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The Pros & Cons of Homework Bans

k-12

Homework might seem like an inevitable part of school, but more and more schools are banning it from their classrooms. Read on to find out the pros and cons of homework bans.

Why Ban Homework?

If you've been keeping up with the latest educational trends, you might have noticed that schools across the United States and Canada have increasingly begun banning homework. Why are educators engaging in this seemingly ''unorthodox'' practice? We've listed the pros and cons of homework bans below for your consideration.

Pros of Homework Bans

1. Homework May Not Improve Academic Outcomes

Unfortunately, as highly debated as homework is, there has been little conclusive or scientific research indicating its effectiveness. One of the few studies to address this question was conducted in 2006 and was, in fact, a meta-analysis of previous experiments. The analysis identified some correlation between homework and achievement, which was stronger for 7th graders and up than for students below the 6th grade. However, it also acknowledged design flaws in all of the experiments it analyzed and recommended further research on the topic. Note that the correlation it did find was not equivalent to causation.

An elementary school student is stressed out while trying to do homework

2. Homework Causes Stress and Burnout

Surveys about homework tend to point to one specific issue: stress. One Canadian survey (2009) found that 23% of elementary school teachers and 45% of high school teachers saw signs of homework-related stress in their students. Another survey, conducted by the Association for Supervision and Curriculum Development (ASCD), of at-risk high school students found that the inability to complete homework was often cited as a factor in the decision to drop out of school. But you don't need studies to tell you what you can see for yourself, whether you're a student, educator, or parent: hours of homework every day on top of a full school schedule and extracurricular activities is a lot to manage, causing some students to experience stress.

3. Homework Disrupts Family Life

A common argument made by schools that enact homework bans is that they want to give their students the opportunity to spend more of their free time with their families. And research does suggest that homework disrupts family life. According to a 1998 survey (as you can see, this debate has been going on for a long time), nearly 50% of parents reported having serious arguments with their children over homework, and 34% reported homework as a source of struggle in the home. Researchers Etta Kralovec and John Buell were particularly concerned that homework time takes away opportunities for parents to impart their own cultural beliefs and skills to their children.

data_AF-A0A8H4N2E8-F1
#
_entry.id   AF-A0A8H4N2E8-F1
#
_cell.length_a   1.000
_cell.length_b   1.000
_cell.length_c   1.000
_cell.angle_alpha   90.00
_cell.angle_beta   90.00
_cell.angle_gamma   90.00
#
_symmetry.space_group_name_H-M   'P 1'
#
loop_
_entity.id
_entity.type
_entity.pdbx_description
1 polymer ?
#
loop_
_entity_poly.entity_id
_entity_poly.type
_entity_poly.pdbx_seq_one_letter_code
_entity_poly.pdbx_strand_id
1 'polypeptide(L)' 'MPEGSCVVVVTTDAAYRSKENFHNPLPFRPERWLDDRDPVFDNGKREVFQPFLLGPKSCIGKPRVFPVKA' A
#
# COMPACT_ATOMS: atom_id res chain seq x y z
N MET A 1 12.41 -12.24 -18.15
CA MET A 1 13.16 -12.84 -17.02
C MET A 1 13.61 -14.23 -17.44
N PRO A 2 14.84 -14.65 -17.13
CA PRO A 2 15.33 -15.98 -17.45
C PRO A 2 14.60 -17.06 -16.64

A young student does her homework

Cons of Homework Bans

1. Homework Fosters Study Skills and Independent Learning

Proponents of keeping homework in schools say that the practice is about more than just reviewing academic content; it also teaches certain important life skills. It takes discipline and responsibility to complete one's homework on time rather than giving into the many distractions available to today's children. And students working on homework by themselves are practicing independent learning, working out problems on their own. The argument proposes that these skills will be invaluable in a student's future educational and occupational endeavors.

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2. Homework Gives Parents the Opportunity to Get Involved

One of the top three self-reported reasons teachers have given for assigning homework is ''to show parents what's being learned in school.'' Parents who want to be involved in their children's education have the opportunity to inquire about their homework and review their assignments in order to get a sense not only of what topics are being taught but also of their children's grasp of the topics. Harris Cooper, a Duke University professor and proponent of homework, gives anecdotal evidence of parents realizing their children had learning disabilities only when ''homework revealed it to them.''

3. Homework Tracks Student's Grasp of Academic Content

One of the primary purposes of homework for a teacher is to help assess a student's grasp of the material he or she is learning. While one might argue that in-class assignments and exams can also achieve the same purpose, tests require at-home preparation and create perhaps even more anxiety and stress than homework might. To that end, homework can be a less-pressured way for teachers to assess student progress in a less-demanding context.

To Ban or Not to Ban?

Ultimately, the decision about whether or not to attempt a homework ban, or simply to minimize homework quantity, lies with each individual district and educator. The most important thing is to consider all of the factors at hand, such as the ones outlined above. No matter your stance on homework, most likely we can all agree that some more conclusive research on the topic would be helpful. As of now, in the absence of compelling scientific evidence, the issue seems to be mostly a matter of opinion.

Looking to supplement your teaching with online lessons? Check out Study.com's Teacher Edition.

By Daisy Rogozinsky
July 2018
k-12 student resources

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